CIELITO ® draws its inspiration from our history: the games, the joyful colors, the language of symbolism, and the illustrated graphics of the late 19th to early 20th century.
The Latin-American sign maker’s trade in conjunction with the product labels of the old grocery and company stores generate a graphic language proprietary of a culture that is rich in history but always open to reinvention and to reclaiming the market in a poetic, nostalgic, joyful, dynamic and vastly diverse manner.
Its name comes from popular Mexican music, inspired by the song “Cielito Lindo”, which was written in 1882 by Mexican composer Quirino Mendoza y Cortéz. The song contains the phrase “México Lindo y Querido”, which translates to “Cherished and Beautiful Mexico”; this juxtaposition references the playful spirit of the Latin-American language.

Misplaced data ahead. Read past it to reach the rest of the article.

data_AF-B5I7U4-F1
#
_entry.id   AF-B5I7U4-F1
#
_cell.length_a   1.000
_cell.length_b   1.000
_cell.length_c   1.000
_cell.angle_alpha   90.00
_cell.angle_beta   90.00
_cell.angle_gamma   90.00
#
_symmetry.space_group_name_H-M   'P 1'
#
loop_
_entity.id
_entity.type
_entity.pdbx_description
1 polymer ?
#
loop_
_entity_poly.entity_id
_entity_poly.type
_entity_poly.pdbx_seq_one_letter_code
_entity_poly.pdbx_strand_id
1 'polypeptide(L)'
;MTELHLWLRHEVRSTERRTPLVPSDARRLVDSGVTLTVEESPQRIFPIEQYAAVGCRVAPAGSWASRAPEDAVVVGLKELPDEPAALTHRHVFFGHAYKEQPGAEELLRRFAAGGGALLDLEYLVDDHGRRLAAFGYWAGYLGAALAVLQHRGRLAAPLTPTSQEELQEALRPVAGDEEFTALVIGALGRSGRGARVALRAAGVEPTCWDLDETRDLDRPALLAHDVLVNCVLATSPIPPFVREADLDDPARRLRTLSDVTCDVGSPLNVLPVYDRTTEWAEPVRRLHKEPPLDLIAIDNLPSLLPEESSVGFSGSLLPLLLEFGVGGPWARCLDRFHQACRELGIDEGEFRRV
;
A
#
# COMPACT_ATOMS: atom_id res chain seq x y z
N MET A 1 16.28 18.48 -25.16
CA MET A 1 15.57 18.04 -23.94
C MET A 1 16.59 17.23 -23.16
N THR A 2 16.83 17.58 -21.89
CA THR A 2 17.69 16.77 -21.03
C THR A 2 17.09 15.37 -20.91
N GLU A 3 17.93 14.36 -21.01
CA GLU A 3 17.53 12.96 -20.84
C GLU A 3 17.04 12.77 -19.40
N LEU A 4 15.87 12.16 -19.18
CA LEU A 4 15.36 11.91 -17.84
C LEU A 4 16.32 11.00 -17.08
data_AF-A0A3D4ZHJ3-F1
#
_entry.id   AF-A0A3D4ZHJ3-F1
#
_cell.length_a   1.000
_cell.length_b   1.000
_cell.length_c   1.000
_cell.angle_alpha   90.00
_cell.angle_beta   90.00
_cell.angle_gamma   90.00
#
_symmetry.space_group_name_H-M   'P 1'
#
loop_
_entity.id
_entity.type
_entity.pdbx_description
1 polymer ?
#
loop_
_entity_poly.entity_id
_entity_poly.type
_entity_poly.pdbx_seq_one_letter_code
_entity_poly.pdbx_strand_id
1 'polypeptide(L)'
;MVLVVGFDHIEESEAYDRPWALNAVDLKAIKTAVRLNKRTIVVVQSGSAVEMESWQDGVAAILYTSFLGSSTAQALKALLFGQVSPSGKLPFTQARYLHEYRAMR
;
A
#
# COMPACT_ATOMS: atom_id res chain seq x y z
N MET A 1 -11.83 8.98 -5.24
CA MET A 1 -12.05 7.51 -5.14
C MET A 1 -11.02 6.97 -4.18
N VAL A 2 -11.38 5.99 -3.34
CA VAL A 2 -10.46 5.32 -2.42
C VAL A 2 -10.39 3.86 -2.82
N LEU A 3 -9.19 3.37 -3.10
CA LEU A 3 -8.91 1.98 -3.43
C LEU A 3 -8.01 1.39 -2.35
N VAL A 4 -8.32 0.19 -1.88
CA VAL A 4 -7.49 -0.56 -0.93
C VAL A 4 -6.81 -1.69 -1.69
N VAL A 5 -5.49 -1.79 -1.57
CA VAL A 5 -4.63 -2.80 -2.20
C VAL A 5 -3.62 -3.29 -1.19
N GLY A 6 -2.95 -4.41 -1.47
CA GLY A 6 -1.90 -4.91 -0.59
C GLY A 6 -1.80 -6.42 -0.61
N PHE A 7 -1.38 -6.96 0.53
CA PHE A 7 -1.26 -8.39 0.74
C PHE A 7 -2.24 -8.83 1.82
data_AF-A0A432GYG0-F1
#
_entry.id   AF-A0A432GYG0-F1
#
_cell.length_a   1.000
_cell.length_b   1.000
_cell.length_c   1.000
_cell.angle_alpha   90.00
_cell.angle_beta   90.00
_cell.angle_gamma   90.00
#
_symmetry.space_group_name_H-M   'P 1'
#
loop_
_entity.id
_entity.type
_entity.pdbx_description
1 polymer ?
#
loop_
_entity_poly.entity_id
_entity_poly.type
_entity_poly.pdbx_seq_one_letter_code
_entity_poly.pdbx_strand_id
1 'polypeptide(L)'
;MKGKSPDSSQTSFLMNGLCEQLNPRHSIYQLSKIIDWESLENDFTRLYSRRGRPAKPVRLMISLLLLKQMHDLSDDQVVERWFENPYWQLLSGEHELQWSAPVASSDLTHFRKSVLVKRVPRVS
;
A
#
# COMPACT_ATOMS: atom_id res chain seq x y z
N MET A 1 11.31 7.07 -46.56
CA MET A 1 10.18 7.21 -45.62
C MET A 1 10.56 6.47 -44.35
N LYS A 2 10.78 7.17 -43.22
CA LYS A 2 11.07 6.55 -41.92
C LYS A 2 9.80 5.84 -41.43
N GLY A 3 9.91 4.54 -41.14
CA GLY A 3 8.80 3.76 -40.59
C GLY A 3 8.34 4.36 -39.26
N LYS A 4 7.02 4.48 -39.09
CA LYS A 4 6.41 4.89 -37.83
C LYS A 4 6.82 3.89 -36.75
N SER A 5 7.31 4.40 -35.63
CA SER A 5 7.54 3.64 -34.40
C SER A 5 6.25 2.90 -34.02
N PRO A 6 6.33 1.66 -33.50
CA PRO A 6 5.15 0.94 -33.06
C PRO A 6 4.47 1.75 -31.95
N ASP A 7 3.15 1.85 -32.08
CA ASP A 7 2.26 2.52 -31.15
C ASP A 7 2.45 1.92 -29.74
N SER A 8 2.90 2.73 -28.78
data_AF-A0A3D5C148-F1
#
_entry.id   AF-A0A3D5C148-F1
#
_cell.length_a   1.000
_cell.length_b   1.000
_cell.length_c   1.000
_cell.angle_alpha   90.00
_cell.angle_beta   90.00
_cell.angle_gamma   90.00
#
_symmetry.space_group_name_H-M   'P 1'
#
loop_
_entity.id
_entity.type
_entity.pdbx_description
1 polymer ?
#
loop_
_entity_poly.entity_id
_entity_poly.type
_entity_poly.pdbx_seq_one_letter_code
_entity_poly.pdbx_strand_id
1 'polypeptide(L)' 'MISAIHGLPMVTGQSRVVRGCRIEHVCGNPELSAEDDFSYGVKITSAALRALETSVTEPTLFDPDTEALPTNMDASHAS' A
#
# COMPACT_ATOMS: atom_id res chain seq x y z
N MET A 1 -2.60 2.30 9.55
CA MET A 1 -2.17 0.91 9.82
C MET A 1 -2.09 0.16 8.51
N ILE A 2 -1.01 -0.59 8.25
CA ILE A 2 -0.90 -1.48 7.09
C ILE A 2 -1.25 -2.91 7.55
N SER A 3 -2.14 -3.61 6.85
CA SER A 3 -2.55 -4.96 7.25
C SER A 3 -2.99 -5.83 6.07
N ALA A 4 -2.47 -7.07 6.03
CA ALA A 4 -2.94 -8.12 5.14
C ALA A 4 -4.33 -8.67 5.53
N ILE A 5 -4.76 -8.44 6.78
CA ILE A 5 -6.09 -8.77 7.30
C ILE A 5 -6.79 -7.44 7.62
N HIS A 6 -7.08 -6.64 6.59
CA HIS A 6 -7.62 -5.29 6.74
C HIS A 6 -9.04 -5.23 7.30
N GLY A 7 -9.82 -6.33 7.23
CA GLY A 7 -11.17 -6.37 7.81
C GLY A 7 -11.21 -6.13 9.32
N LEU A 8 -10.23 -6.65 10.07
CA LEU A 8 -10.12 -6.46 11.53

CIELITO ® rescues the aesthetic value of popular Latin-American culture, and reinvents it in a Neo-Retro style that fuses graphics from colonial times, both Spanish and French, (present in its fine use of typography), with modern Latin American 50’s media like that from the large department stores (whose marketing was also imported from the Old Continent and the United States), and the contrasting colloquial language of the popular markets and tiny convenient stores, or “tienditas”. All of these elements are subtly integrated, producing a contemporary product, very Latin, and at the same time, universal in appeal.
The concept opens up the possibility of communicating with a broader audience, as it turns it into a timeless product, which is nurtured by its past but also continually seeks to present itself in new, fresh and attractive ways.
Concept: Ignacio Cadena y Héctor Esrawe.
Brand: Cadena + Asoc. // Ignacio Cadena
Collaborators: Nora Cavazos Luna, Rocío Serna González.
Esrawe Studio // Héctor Esrawe
Coordinator: Joaquín Cevallos.
Project Leader: Eduardo Álvarez.
Collaborators: Sara Casillas, Ian Castillo, Jennifer Sacal, Roberto Escalante, Didier López, Irving Martínez, Arturo Gasca and Cynthia Cárdenas.
Photo: Jaime Navarro.